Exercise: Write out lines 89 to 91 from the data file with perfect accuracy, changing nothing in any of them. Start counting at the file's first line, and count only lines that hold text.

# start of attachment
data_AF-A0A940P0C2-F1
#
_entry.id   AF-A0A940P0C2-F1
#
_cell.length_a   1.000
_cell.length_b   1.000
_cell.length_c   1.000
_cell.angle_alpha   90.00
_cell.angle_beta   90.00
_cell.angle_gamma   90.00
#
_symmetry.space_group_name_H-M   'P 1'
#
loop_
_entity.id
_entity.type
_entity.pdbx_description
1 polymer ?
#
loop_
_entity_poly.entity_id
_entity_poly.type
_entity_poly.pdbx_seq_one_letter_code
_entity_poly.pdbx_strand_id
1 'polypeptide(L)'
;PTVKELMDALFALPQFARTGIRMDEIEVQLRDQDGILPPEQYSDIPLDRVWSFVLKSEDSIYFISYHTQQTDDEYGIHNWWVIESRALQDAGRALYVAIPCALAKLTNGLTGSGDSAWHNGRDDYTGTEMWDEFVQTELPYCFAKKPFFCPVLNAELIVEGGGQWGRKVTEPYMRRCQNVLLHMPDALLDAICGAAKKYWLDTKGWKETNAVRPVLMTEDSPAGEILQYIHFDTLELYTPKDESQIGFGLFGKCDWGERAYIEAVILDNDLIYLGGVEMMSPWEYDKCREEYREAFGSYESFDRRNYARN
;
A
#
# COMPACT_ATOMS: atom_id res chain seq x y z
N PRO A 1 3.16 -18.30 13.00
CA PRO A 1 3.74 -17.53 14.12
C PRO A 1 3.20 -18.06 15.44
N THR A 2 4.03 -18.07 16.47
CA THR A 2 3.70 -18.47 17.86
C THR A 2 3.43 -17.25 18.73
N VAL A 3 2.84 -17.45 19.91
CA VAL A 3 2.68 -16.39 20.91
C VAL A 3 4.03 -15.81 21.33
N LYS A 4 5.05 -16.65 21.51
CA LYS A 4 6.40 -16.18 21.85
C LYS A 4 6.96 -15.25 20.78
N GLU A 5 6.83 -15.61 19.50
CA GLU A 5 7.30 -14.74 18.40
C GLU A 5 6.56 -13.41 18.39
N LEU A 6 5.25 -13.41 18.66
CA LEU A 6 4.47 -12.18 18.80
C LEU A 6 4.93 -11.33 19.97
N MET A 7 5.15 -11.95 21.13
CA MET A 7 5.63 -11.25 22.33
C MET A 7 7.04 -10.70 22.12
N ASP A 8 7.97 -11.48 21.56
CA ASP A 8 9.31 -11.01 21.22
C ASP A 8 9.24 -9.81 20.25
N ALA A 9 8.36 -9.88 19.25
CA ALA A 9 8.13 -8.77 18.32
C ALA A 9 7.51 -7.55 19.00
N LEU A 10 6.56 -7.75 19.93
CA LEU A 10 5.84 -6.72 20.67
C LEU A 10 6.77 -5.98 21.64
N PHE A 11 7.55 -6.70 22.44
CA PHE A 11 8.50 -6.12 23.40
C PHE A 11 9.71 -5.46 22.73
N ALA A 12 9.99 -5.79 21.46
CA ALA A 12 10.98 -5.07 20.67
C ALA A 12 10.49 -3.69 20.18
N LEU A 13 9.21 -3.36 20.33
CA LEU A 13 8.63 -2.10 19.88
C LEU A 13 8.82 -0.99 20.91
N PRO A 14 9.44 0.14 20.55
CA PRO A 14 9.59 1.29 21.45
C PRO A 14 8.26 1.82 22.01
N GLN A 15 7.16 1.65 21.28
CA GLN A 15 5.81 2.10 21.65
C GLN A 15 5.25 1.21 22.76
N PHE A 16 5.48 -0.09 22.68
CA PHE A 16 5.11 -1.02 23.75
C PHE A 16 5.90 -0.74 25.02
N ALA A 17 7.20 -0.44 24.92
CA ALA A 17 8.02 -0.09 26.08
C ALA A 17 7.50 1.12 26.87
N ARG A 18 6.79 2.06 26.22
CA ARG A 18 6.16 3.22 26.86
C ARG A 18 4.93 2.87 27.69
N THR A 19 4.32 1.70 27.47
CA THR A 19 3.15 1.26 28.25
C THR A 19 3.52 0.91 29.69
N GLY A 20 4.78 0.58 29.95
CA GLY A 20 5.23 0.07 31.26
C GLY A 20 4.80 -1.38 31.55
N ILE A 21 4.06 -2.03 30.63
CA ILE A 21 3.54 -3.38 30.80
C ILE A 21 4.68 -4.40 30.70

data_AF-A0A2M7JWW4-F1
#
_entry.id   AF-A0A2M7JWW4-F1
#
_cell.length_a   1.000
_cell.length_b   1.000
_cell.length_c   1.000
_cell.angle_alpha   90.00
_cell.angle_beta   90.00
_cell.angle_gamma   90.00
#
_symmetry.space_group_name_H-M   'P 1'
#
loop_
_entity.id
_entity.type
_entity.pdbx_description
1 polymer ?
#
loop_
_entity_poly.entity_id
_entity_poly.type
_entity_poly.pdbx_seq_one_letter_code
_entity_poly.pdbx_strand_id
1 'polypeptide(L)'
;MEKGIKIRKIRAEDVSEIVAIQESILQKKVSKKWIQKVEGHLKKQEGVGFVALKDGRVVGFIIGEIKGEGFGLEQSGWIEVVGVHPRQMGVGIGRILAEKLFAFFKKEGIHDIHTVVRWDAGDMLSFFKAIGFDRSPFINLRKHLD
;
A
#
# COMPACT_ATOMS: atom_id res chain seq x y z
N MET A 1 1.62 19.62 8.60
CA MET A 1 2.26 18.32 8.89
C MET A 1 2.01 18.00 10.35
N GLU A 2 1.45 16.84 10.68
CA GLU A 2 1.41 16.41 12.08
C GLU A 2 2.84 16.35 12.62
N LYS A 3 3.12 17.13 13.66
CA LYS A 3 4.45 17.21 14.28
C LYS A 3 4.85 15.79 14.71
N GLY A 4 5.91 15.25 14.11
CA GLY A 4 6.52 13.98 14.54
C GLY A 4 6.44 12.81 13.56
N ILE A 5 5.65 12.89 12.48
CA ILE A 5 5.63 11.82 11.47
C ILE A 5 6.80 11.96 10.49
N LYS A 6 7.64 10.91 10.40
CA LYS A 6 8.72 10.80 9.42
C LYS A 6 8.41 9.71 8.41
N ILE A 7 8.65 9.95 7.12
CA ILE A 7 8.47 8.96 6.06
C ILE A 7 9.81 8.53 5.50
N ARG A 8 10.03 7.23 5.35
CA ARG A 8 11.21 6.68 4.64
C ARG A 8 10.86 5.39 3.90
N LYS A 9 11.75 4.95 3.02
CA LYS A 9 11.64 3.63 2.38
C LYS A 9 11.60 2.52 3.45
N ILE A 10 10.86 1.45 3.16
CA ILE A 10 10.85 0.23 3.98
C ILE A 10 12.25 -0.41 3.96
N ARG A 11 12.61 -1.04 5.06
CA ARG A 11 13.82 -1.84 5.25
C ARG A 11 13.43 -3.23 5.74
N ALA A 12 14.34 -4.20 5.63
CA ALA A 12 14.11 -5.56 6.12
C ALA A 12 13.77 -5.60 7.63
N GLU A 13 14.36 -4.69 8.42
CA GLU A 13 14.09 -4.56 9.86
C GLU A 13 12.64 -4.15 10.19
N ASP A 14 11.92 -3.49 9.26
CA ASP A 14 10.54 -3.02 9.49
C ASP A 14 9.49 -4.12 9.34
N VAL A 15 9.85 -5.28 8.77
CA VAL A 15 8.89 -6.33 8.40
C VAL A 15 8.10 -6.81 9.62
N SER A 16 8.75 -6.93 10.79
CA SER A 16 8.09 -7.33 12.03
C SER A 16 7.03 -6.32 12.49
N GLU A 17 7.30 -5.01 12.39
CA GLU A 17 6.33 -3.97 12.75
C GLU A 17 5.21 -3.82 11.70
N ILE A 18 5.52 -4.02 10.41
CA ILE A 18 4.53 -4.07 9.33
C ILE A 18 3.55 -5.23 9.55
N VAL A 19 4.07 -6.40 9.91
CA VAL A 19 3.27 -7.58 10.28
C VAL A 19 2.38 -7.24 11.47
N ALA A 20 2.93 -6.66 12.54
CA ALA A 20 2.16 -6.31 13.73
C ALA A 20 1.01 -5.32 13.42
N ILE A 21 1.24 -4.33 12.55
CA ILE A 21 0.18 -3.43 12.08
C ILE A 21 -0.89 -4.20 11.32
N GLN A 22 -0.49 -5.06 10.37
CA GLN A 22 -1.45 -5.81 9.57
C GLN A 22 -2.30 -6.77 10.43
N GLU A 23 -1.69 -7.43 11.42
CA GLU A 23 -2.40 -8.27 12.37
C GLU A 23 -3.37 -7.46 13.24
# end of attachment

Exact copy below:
CA GLY A 20 5.23 0.07 31.26
C GLY A 20 4.80 -1.38 31.55
N ILE A 21 4.06 -2.03 30.63